In conclusion, our study failed to demonstrate any maternal or neonatal benefit to a policy of maternal posturing during labor for OP position. We believe that such posture should not be imposed on women having an OP position during labor and that epidural analgesia should not be delayed in nulliparous patients in labor as its placement timing has no effect on fetal head rotation or maternal and neonatal morbidities. As highlighted by Kariminia et al,
      • Kariminia A.
      • Chamberlain M.E.
      • Keogh J.
      • et al.
      Randomized controlled trial of effect of hands and knees posturing on incidence of occiput posterior position at birth.
      identification of interventions currently used in practice that do not have a beneficial effect on outcome is important. Women who are advised to adopt postures during labor may feel a sense of failure or shame if they do not follow that advice and may also find their confidence in their caregiver diminished if fetal head failed to rotate despite properly following recommendations. Identification of a technique that could effectively reduce the rate of operative delivery by correcting the fetal malpresentation and allowing for normal descent and delivery of the fetus remains a challenge because it would have the potential to reduce maternal and neonatal morbidity and mortality. Recently, a protocol from the Cochrane Database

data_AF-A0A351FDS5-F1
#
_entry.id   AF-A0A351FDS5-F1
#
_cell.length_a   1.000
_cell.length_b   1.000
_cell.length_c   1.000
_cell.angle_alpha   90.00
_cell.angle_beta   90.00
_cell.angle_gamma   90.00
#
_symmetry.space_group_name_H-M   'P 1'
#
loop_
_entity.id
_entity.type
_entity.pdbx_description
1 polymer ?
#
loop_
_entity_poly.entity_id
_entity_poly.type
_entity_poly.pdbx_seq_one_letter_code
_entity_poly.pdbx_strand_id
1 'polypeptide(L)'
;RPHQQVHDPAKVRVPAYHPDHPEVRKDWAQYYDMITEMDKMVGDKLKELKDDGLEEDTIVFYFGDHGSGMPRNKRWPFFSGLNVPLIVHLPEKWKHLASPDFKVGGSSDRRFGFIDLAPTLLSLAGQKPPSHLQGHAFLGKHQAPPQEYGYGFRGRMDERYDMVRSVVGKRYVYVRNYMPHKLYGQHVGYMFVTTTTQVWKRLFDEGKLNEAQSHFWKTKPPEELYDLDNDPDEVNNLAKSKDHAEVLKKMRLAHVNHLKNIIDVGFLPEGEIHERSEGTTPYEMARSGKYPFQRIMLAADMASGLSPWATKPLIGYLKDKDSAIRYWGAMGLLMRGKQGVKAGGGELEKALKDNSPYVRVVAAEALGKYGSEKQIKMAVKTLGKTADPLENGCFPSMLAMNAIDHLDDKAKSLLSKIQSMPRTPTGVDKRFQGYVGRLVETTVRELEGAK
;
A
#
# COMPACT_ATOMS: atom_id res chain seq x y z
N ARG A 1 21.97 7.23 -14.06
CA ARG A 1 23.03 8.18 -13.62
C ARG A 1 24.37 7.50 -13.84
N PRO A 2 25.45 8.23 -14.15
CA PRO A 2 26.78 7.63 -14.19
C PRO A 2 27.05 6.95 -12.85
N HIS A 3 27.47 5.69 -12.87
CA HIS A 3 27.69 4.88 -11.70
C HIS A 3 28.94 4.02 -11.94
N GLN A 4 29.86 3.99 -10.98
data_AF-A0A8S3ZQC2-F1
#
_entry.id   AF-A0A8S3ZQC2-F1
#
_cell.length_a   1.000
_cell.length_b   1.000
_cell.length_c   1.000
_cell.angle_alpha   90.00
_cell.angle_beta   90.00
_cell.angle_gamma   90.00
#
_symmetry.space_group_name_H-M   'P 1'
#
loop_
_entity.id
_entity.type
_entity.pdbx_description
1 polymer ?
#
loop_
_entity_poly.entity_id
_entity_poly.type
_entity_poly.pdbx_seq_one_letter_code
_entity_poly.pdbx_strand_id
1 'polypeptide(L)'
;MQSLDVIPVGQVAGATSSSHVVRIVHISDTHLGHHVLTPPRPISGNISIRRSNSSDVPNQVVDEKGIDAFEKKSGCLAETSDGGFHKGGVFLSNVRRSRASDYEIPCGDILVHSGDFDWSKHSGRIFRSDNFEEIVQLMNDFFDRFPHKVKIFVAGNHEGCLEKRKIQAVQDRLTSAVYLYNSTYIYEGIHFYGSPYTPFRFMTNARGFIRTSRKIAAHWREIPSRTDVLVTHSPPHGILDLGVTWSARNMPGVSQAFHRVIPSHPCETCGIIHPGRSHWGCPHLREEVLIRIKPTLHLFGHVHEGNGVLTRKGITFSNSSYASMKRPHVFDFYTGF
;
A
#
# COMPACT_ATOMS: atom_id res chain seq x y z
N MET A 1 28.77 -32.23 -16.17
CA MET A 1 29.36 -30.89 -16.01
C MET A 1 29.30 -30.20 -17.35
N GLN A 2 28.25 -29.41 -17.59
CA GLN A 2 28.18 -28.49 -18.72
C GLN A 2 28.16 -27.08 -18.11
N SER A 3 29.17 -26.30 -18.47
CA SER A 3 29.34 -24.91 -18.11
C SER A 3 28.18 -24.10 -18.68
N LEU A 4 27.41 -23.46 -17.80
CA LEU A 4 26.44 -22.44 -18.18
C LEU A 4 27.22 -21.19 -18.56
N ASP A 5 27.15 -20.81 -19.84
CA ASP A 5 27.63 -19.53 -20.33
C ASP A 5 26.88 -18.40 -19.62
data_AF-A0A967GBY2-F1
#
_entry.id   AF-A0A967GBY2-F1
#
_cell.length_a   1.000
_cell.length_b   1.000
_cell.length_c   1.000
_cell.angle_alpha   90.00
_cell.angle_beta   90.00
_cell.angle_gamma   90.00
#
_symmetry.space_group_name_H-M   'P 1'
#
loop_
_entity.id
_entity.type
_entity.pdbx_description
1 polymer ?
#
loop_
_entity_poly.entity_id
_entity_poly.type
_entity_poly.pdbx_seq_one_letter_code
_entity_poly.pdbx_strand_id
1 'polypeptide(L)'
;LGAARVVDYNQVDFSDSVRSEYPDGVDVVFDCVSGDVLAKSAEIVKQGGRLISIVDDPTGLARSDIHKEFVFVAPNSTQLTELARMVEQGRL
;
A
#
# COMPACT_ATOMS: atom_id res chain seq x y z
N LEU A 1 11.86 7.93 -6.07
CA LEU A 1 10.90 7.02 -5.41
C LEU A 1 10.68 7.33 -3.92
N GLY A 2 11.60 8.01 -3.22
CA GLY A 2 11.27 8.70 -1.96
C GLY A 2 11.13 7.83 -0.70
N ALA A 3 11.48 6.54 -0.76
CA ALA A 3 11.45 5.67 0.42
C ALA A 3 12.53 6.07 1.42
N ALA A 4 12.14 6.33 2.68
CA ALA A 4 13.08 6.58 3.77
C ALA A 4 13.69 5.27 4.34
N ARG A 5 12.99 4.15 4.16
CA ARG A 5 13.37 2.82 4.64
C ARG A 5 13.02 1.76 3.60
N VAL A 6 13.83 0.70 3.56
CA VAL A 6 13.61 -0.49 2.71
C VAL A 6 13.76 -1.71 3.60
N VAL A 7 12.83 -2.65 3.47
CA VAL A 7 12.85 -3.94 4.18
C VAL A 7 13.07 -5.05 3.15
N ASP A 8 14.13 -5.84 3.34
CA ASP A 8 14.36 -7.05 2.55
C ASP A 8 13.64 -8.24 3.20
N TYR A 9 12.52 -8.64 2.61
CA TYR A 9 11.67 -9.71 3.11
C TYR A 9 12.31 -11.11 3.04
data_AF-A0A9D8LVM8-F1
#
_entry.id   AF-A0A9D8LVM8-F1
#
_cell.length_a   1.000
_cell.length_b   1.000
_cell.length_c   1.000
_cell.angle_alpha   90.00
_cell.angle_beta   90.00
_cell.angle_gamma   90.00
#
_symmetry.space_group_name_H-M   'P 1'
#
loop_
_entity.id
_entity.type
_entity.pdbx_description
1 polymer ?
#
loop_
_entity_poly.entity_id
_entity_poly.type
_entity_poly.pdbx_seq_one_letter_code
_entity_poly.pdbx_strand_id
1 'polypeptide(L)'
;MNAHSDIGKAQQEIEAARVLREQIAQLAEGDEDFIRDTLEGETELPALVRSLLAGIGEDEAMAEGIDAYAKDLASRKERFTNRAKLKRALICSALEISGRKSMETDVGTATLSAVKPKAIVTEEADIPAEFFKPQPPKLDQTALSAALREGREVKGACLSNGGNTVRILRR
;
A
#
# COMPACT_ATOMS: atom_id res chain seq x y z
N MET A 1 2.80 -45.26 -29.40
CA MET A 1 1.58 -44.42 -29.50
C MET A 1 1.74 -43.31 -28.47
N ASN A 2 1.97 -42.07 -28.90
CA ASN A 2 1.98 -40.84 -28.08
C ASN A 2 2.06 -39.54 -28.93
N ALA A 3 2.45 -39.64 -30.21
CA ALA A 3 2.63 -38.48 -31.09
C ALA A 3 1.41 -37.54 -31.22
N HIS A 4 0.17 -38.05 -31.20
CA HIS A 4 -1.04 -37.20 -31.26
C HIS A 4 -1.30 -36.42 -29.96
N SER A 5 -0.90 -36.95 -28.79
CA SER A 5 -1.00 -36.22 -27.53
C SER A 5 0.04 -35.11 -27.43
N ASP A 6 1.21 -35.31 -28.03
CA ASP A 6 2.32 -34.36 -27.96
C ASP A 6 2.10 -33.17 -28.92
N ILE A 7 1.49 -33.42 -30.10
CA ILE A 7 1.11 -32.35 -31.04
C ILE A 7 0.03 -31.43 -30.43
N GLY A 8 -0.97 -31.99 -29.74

• Phipps H.
      • de Vries B.
      • Hyett J.
      • Osborn D.A.
      Prophylactic manual rotation for fetal malposition to reduce operative delivery (protocol).
      was published with the objective of assessing the effect of prophylactic manual rotation for women with malposition in labor on the mode of delivery and maternal and neonatal outcomes. We believe that this procedure is worth considering and evaluating by means of randomized controlled trials.

      Clinical implications

      This study proposed an evaluation of a posturing method to treat persistent OP position, which is the most common malposition during labor and is associated with maternal and neonatal morbidities. In all, 220 patients were randomized in 2 groups (postured or not) and the primary outcome was fetal head position at delivery. A policy of maternal posturing for the management of OP position during labor did not lead to maternal or neonatal benefit. We believed that no posture should be imposed on women with OP position during labor.